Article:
He studied with Gedda and Peracchio at the Turin Conservatory, and took an arts degree at Milan University (1951). He then worked for Suvini Zerboni and Ricordi while also composing, pursuing his interest in music history and working on various radio projects for the RAI. From 1972 he devoted himself to educational activities, teaching music history at the Padua Conservatory and then taking up teaching posts at the Milan Conservatory and Florence Conservatory.
Musical style and influence
As a composer, Testi's music has been strongly influenced by the works of Stravinsky along with his own dramatic sensibility. This is particularly evident in his earlier orchestral works such as Concerto (1954) and Divertimento (1956).
His La crocifissione premièred at La Scala in 1954 to great acclaim. The expressiveness of work was particularly admired and the composer followed similar style in his Stabat mater (1957) and New York oficina y denuncia (1964), the latter of which denounced the dehumanizing environment of the modern metropolis. The work coincided with the Testi’s conversion to the Marxism, and was followed by other compositions highlighting social and political concerns, including the Neruda setting Canto a las madres de los milicianos muertos (1967) and Cori di Santiago (1975).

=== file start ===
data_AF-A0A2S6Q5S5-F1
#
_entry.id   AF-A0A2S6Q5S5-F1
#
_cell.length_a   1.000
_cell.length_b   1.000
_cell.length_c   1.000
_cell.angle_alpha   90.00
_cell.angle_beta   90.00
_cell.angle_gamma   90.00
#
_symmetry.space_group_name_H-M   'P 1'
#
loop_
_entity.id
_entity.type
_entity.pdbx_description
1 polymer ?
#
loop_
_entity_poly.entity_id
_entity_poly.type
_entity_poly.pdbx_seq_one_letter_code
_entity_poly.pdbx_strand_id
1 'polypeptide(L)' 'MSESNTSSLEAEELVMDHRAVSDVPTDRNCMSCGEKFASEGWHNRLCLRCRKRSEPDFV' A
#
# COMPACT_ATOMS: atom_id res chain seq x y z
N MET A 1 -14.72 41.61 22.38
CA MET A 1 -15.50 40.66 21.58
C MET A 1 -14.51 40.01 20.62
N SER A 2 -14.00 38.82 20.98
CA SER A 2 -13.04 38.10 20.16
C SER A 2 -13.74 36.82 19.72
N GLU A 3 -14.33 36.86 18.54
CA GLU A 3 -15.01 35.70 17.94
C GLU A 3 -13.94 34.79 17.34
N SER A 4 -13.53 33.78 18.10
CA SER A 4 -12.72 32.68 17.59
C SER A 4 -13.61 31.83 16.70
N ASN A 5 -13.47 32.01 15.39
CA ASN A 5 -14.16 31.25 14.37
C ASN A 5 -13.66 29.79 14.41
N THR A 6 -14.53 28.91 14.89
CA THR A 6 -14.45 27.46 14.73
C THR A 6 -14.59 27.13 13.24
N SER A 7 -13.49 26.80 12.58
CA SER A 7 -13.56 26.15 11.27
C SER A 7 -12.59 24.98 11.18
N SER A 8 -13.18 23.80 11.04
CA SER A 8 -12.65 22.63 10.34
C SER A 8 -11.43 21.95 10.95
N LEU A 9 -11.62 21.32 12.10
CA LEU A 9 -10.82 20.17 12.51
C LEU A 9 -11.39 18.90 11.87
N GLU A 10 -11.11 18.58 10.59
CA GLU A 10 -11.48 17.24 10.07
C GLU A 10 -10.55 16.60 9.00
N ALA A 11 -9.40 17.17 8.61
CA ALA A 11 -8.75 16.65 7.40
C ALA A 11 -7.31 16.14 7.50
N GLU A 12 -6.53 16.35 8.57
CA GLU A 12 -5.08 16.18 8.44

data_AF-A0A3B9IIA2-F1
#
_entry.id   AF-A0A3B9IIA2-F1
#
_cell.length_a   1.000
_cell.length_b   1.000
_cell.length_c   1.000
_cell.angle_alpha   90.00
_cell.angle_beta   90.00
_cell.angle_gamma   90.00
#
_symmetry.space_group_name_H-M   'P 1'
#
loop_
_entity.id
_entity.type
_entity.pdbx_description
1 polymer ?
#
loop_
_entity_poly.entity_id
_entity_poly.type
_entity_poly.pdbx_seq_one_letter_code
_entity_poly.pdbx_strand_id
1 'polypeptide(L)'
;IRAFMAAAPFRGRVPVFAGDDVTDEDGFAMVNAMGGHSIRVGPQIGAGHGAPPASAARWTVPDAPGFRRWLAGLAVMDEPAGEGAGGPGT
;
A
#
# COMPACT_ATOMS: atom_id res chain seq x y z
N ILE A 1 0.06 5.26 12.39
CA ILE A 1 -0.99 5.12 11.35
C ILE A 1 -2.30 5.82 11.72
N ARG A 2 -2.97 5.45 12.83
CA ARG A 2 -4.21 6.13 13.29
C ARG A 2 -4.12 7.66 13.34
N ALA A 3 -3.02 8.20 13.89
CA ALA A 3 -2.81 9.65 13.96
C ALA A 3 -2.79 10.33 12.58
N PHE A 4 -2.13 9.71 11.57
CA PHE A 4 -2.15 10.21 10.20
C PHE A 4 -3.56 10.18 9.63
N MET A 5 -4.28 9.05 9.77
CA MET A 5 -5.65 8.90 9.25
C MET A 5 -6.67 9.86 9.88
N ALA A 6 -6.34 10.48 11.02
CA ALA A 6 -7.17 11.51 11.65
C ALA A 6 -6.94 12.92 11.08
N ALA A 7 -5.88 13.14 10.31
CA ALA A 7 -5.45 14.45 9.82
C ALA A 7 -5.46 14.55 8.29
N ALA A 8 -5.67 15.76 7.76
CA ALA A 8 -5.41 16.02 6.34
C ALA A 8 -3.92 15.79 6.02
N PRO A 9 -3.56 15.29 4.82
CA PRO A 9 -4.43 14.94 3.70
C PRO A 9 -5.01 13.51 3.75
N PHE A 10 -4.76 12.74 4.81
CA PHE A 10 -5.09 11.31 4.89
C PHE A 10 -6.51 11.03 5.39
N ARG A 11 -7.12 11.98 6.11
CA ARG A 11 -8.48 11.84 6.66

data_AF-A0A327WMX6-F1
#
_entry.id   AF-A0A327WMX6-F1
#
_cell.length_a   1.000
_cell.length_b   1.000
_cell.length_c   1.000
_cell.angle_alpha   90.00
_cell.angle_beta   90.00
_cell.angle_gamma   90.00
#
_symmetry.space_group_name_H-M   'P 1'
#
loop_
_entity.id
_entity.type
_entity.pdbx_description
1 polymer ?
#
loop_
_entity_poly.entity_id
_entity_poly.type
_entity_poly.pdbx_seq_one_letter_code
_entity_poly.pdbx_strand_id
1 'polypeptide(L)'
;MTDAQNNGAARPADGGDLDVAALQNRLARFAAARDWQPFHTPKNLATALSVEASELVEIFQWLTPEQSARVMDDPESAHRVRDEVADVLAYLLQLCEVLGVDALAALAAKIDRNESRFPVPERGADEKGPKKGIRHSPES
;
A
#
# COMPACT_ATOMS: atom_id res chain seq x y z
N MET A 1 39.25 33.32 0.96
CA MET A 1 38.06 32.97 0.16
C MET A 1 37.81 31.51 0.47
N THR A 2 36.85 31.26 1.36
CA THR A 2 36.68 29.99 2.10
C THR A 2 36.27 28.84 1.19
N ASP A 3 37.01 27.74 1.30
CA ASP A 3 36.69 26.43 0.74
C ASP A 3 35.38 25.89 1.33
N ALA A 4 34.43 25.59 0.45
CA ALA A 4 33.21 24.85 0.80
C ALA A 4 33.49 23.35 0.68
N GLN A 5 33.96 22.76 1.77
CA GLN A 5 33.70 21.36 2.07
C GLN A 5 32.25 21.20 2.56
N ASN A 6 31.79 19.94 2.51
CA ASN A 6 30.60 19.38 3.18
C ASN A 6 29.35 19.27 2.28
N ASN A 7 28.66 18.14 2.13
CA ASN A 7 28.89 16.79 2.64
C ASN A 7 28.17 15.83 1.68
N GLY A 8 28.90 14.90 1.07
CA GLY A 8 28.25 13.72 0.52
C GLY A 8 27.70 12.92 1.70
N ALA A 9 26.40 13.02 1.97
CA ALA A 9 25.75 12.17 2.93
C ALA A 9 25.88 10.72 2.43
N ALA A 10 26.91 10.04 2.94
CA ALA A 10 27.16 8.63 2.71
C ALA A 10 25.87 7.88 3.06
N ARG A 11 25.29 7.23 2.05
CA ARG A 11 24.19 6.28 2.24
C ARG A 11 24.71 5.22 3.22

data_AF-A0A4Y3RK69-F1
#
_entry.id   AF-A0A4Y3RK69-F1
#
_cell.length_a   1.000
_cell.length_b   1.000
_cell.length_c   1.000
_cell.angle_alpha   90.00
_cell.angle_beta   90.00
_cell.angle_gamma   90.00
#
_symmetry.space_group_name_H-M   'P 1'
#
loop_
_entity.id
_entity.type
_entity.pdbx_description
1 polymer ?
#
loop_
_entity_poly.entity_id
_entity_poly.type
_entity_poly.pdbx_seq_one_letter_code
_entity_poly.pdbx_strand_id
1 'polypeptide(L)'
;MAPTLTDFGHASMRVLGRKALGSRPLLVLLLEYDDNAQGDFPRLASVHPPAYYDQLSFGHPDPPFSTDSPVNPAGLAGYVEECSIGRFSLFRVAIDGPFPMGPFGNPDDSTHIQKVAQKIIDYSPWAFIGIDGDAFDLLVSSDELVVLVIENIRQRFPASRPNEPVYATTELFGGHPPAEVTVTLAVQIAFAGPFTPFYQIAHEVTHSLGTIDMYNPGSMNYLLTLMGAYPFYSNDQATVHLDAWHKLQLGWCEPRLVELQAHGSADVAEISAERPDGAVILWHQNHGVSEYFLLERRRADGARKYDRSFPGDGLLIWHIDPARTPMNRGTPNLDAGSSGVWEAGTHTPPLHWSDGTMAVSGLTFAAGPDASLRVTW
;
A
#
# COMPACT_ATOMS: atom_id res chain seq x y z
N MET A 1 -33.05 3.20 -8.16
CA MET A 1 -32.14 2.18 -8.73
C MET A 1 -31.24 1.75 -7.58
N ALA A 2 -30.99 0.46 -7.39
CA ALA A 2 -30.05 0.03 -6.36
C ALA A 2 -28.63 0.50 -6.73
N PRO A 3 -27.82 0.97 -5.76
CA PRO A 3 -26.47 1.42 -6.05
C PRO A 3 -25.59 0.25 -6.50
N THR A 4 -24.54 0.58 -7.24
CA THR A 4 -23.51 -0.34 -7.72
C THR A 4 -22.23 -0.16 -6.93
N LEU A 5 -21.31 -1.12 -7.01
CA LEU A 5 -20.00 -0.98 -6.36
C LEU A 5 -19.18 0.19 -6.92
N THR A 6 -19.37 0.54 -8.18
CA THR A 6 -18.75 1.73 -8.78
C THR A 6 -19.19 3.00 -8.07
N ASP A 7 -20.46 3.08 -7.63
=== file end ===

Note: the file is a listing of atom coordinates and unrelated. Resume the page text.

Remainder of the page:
Testi’s operas evolve towards junctures of violent scenic-musical realism. L’albergo dei poveri (1966) displays a clearly characteristic attitude of rough dramatic purpose, confirmed in Il sosia (1981) and Riccardo III (La Scala, 1987), works which probe intensely into the psychology of their characters.
In general Testi’s style, rather than adhering to the radicalisms of the post-Webern avant garde, re-elaborates and reflects, not without eclecticism, certain crucial 20th-century achievements, from Stravinsky and Bartók to early Schoenberg.
- Raffaele Pozzi. The New Grove Dictionary of Opera, edited by Stanley Sadie (1992). ISBN 0-333-73432-7 and ISBN 1-56159-228-5